• How changes in other economies can affect inflation in the UK.

Students should understand that deflation exists when the price level is falling whereas disinflation is when the rate of inflation is falling.

Students should appreciate that deflationary policies are policies to reduce aggregate demand and do not necessarily result in deflation.

3.2.3.4 The balance of payments on current account

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  • The importance of international trade for an economy such as the UK.
  • The current account comprises trade in goods, trade in services, income flows and transfers.
  • The meaning of a deficit and a surplus on current account.
  • The factors that influence a country’s current account balance such as productivity, inflation and the exchange rate and economic activity in other countries.

Students should be aware that the current account is only one part of the balance of payments but knowledge of the other parts of the account is not expected.

3.2.3.5 Possible conflicts between macroeconomic policy objectives

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  • How negative and positive output gaps relate to unemployment and inflationary pressures.
  • How economic policies may be used to try to reconcile possible policy conflicts both in the short run and the long run.

Students should be able to use macroeconomic models, including the AD/AS model, to analyse the causes of possible conflicts between policy objectives in the short run and long run.

3.2.4 Macroeconomic policy

3.2.4.1 Monetary policy

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  • Monetary policy involves the central bank taking action to influence the manipulation of interest rates, the supply of money and credit, and the exchange rate.
  • The current objectives of monetary policy, set by the government.
  • The role of the Monetary Policy Committee of the Bank of England (MPC) and how it uses changes in bank rate to try to achieve the objectives for monetary policy, including the government’s target rate of inflation.
  • The factors considered by the MPC when setting bank rate.
  • How changes in the exchange rate affect aggregate demand and the various macroeconomic policy objectives.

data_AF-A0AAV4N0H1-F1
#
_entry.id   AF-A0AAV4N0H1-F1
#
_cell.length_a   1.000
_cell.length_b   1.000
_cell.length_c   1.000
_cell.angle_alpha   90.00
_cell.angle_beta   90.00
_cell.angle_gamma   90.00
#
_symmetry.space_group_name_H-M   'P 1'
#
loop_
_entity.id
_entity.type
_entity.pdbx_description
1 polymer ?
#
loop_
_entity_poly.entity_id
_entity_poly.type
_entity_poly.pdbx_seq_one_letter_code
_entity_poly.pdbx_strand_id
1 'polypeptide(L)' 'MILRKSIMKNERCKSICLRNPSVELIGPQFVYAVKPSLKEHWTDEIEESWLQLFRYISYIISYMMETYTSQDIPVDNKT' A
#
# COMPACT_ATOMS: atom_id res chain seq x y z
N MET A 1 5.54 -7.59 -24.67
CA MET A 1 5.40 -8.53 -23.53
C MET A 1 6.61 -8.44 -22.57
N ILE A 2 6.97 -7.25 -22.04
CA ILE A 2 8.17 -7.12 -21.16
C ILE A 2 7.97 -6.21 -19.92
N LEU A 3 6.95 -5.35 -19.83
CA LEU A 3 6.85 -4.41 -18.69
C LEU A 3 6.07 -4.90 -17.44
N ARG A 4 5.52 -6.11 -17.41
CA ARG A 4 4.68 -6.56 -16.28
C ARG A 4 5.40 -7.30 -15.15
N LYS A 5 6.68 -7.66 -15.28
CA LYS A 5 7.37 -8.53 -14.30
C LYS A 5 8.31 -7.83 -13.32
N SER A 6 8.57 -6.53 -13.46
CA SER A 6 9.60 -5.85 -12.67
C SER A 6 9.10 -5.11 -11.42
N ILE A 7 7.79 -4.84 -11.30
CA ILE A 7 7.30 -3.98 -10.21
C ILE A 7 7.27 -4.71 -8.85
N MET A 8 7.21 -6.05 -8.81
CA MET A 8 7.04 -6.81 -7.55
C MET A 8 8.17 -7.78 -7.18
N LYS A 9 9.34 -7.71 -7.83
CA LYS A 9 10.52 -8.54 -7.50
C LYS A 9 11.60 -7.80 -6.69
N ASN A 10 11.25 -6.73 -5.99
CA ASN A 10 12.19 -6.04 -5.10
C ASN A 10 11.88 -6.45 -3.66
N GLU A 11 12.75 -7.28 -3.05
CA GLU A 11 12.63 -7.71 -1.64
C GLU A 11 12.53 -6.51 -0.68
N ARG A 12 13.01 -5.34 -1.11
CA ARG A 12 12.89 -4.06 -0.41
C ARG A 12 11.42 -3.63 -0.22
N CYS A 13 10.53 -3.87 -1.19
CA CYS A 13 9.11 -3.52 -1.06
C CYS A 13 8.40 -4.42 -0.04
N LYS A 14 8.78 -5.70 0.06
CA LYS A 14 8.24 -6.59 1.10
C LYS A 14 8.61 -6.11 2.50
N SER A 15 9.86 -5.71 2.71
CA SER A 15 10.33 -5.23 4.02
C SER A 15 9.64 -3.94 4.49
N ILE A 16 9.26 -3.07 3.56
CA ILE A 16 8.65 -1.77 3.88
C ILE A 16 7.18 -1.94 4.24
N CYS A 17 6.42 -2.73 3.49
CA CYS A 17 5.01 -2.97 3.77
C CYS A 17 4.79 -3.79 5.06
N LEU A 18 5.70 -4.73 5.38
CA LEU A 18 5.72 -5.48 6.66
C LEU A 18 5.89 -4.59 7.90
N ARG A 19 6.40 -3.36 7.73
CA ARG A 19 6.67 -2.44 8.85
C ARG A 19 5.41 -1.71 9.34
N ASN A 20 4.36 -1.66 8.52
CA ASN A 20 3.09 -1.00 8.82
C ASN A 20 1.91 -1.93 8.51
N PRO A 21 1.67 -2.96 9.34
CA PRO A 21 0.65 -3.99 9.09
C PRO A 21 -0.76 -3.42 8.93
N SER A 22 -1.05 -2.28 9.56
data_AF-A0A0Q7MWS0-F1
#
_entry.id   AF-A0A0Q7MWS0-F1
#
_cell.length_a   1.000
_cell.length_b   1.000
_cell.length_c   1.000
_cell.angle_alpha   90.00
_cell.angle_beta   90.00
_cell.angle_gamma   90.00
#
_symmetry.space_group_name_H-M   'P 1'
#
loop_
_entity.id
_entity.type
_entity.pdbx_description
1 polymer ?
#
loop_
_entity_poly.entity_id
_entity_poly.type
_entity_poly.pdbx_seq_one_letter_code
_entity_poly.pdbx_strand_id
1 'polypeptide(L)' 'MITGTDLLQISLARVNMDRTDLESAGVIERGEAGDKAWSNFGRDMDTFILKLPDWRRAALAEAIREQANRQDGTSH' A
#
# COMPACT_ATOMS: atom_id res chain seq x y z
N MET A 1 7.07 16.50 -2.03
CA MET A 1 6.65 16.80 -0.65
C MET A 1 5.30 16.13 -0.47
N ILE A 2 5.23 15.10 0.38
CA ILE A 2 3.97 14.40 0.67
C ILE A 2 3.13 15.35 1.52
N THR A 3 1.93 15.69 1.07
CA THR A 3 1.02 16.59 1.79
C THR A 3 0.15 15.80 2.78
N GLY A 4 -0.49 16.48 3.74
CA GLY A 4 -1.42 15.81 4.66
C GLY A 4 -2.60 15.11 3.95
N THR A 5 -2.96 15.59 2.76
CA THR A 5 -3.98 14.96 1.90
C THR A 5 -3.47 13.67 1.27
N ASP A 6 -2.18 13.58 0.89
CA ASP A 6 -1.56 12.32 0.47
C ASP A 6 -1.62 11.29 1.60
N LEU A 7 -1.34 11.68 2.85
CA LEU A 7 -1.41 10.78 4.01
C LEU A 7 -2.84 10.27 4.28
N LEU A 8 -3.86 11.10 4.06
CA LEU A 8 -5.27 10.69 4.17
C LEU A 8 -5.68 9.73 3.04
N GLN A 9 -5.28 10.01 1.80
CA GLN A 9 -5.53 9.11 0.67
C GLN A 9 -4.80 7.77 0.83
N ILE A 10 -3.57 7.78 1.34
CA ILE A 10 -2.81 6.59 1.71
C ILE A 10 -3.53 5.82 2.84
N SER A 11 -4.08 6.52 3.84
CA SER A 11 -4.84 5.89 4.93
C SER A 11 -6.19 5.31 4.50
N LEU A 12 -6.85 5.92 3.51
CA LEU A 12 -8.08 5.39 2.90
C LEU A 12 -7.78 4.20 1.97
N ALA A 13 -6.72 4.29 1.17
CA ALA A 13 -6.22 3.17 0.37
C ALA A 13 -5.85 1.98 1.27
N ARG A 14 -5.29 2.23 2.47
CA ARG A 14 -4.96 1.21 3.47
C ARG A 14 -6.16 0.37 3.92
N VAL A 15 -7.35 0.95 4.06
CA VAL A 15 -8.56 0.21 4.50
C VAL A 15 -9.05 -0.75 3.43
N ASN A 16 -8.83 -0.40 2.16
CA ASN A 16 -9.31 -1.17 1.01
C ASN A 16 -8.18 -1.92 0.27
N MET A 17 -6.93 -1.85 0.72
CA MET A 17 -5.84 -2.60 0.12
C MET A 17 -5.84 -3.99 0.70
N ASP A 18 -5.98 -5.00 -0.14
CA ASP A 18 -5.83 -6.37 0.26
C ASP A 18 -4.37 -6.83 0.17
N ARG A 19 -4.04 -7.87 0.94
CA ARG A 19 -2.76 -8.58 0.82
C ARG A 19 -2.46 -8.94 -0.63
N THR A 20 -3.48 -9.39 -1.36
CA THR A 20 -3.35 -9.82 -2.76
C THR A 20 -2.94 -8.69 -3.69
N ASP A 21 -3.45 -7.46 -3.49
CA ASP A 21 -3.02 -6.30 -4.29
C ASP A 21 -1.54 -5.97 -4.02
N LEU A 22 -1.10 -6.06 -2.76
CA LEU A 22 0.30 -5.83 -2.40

Students do not need to know how interest rates and the exchange rate are determined but they do need to know how changes in interest rates and the exchange rate affect macroeconomic performance.

3.2.4.2 Fiscal policy

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  • Fiscal policy involves the manipulation of government spending, taxation and the budget balance.
  • Fiscal policy can have both macroeconomic and microeconomic functions.
  • How fiscal policy can be used to influence aggregate demand.
  • How fiscal policy can be used to influence aggregate supply.
  • How government spending and taxation can affect the pattern of economic activity.
  • The difference between direct and indirect taxes.
  • The difference between progressive, proportional and regressive taxes.
  • The relationship between the budget balance and the national debt.

Students should be aware of the main taxes in the UK and the main categories of government spending, eg spending on defence, health, education and welfare.

Students should appreciate that governments may deliberately run budget deficits and surpluses to try to influence aggregate demand but they are not required to understand the arguments relating to the pros and cons of balancing the budget or attempting to limit the size of the national debt.

3.2.4.3 Supply-side policies

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  • The difference between supply-side policies and supply-side improvements in the economy.
  • How supply-side policies can help to achieve supply-side improvements in the economy.
  • How supply-side policies, such as tax changes designed to change personal incentives, may increase the potential output of the economy and improve the underlying trend rate of economic growth.
  • How supply-side policies can affect unemployment, the rate of change of prices and UK external performance, as reflected in the balance of payments on current account.
  • Supply-side policies include measures such as government spending on education and training, cuts in income and corporation tax, welfare reform, and industrial policy.

Students should recognise that supply-side improvements in the economy often originate in the private sector, independently of government, eg through productivity improvements, innovation and investment.